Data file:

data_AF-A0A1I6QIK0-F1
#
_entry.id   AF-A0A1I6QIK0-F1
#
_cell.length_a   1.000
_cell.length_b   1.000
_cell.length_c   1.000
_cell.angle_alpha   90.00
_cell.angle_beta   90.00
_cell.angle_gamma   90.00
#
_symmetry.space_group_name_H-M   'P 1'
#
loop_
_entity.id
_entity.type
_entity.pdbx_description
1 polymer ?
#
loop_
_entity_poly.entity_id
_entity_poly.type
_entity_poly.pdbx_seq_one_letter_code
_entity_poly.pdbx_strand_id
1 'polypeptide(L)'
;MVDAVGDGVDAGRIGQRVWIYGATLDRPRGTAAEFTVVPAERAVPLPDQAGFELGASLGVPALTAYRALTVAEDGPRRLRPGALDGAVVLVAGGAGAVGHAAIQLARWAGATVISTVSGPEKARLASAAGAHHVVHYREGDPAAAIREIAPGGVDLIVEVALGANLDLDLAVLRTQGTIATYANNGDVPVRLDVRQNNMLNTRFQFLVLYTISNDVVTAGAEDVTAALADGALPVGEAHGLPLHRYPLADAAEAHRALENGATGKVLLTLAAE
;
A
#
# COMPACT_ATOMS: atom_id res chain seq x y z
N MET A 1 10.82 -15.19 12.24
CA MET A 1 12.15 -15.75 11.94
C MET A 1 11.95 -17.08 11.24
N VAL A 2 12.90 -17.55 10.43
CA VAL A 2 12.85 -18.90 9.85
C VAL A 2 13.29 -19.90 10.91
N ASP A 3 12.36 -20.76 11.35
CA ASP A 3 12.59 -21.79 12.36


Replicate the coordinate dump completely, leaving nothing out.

data_AF-A0A1I6QIK0-F1
#
_entry.id   AF-A0A1I6QIK0-F1
#
_cell.length_a   1.000
_cell.length_b   1.000
_cell.length_c   1.000
_cell.angle_alpha   90.00
_cell.angle_beta   90.00
_cell.angle_gamma   90.00
#
_symmetry.space_group_name_H-M   'P 1'
#
loop_
_entity.id
_entity.type
_entity.pdbx_description
1 polymer ?
#
loop_
_entity_poly.entity_id
_entity_poly.type
_entity_poly.pdbx_seq_one_letter_code
_entity_poly.pdbx_strand_id
1 'polypeptide(L)'
;MVDAVGDGVDAGRIGQRVWIYGATLDRPRGTAAEFTVVPAERAVPLPDQAGFELGASLGVPALTAYRALTVAEDGPRRLRPGALDGAVVLVAGGAGAVGHAAIQLARWAGATVISTVSGPEKARLASAAGAHHVVHYREGDPAAAIREIAPGGVDLIVEVALGANLDLDLAVLRTQGTIATYANNGDVPVRLDVRQNNMLNTRFQFLVLYTISNDVVTAGAEDVTAALADGALPVGEAHGLPLHRYPLADAAEAHRALENGATGKVLLTLAAE
;
A
#
# COMPACT_ATOMS: atom_id res chain seq x y z
N MET A 1 10.82 -15.19 12.24
CA MET A 1 12.15 -15.75 11.94
C MET A 1 11.95 -17.08 11.24
N VAL A 2 12.90 -17.55 10.43
CA VAL A 2 12.85 -18.90 9.85
C VAL A 2 13.29 -19.90 10.91
N ASP A 3 12.36 -20.76 11.35
CA ASP A 3 12.59 -21.79 12.36